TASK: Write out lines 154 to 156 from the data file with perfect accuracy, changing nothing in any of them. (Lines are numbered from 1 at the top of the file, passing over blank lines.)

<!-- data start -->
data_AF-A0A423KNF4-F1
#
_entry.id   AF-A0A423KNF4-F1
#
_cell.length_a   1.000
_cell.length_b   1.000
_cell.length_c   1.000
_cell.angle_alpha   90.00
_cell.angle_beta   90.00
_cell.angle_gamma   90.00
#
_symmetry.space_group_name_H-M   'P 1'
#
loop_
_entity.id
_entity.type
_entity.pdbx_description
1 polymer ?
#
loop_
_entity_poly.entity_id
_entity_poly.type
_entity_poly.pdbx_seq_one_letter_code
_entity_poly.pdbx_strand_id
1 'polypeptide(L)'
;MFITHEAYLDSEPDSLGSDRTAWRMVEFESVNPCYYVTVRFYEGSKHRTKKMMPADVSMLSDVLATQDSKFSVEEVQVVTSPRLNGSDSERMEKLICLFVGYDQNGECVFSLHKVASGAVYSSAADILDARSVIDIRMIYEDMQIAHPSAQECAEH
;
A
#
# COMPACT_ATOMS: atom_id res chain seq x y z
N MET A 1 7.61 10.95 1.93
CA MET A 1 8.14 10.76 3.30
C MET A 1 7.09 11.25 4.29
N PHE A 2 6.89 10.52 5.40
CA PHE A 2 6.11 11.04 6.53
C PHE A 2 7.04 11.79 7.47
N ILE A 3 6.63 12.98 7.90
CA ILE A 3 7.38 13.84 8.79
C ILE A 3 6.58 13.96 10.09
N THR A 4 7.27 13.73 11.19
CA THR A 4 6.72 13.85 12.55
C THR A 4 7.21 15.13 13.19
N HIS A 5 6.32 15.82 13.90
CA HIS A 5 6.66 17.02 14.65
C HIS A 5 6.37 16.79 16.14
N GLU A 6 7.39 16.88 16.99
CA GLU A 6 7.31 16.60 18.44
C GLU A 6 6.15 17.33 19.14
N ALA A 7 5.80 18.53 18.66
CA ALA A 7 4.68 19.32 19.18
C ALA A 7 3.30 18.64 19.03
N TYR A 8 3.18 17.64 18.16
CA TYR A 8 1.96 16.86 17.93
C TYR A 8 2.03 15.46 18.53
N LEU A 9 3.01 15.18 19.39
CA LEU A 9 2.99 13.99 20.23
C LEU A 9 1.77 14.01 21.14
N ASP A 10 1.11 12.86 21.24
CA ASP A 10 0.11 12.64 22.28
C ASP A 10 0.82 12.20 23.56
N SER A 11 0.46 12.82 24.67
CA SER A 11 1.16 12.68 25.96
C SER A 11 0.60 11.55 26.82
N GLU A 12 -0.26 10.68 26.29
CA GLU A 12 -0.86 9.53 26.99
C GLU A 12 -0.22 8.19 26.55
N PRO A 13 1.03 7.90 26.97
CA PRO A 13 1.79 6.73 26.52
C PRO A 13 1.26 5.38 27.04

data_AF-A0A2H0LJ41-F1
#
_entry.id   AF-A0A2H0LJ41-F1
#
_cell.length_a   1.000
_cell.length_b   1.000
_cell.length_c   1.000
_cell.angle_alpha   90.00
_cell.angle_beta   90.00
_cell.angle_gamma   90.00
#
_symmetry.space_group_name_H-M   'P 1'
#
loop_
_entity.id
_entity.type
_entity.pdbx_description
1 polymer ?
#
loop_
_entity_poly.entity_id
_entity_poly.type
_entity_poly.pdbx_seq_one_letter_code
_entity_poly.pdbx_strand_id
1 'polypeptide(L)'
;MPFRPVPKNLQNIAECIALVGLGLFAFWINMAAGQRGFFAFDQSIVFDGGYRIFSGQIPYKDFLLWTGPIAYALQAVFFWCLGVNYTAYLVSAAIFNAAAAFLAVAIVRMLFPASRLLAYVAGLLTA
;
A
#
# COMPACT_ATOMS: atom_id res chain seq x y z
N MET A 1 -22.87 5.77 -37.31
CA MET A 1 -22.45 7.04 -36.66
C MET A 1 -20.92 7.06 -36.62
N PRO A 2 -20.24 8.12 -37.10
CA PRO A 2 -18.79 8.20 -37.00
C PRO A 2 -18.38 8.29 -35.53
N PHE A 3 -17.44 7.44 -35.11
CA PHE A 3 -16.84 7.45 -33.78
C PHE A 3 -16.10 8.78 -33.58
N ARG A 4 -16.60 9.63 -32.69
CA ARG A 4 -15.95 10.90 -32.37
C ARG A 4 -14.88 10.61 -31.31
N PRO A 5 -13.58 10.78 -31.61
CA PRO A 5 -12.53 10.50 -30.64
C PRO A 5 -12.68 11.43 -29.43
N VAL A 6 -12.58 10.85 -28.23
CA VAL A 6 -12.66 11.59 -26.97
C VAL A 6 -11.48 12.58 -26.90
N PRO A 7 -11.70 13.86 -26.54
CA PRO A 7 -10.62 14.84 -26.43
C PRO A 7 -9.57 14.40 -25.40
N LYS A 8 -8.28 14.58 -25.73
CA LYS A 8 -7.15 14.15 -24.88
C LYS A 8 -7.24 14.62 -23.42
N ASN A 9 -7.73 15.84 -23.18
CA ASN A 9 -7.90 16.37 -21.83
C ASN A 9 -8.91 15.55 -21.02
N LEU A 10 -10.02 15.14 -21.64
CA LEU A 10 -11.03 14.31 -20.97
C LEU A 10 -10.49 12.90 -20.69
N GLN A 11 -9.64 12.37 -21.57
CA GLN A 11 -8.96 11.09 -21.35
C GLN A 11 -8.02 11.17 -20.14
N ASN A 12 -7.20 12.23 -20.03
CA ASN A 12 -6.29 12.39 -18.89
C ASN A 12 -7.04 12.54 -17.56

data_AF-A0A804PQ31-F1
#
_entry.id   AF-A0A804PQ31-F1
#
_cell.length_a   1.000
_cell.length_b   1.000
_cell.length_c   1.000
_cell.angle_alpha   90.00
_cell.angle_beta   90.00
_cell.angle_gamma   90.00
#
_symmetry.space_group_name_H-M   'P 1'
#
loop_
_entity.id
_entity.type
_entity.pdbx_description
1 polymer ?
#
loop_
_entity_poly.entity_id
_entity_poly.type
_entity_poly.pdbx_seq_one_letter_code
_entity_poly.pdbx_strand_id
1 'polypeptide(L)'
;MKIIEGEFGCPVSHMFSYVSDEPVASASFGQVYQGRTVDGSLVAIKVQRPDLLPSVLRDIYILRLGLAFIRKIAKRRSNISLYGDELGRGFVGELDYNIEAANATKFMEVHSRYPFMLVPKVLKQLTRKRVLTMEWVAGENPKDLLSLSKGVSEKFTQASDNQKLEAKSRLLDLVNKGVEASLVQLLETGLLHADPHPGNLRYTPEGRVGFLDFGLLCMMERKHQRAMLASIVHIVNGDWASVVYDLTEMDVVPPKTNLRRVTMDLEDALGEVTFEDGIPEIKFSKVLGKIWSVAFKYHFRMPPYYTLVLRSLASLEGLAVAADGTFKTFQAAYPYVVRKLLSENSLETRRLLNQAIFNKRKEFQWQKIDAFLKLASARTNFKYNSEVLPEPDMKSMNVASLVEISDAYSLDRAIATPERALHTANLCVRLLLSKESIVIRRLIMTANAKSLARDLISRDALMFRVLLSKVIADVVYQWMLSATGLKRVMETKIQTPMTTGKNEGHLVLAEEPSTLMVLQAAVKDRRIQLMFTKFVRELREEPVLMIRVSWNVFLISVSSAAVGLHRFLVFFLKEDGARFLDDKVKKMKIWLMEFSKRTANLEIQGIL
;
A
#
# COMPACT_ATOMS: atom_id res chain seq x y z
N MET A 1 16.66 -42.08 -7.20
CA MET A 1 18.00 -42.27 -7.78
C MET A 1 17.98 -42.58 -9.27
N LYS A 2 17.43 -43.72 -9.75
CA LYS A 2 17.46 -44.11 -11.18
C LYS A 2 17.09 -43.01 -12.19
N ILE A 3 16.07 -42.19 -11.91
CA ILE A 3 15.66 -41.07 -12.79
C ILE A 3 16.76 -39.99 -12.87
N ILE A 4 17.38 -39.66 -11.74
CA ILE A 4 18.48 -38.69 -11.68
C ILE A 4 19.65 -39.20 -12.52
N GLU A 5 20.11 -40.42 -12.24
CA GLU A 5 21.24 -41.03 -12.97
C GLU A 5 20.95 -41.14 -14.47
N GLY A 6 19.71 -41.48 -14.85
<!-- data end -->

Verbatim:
#
loop_
_entity_poly.entity_id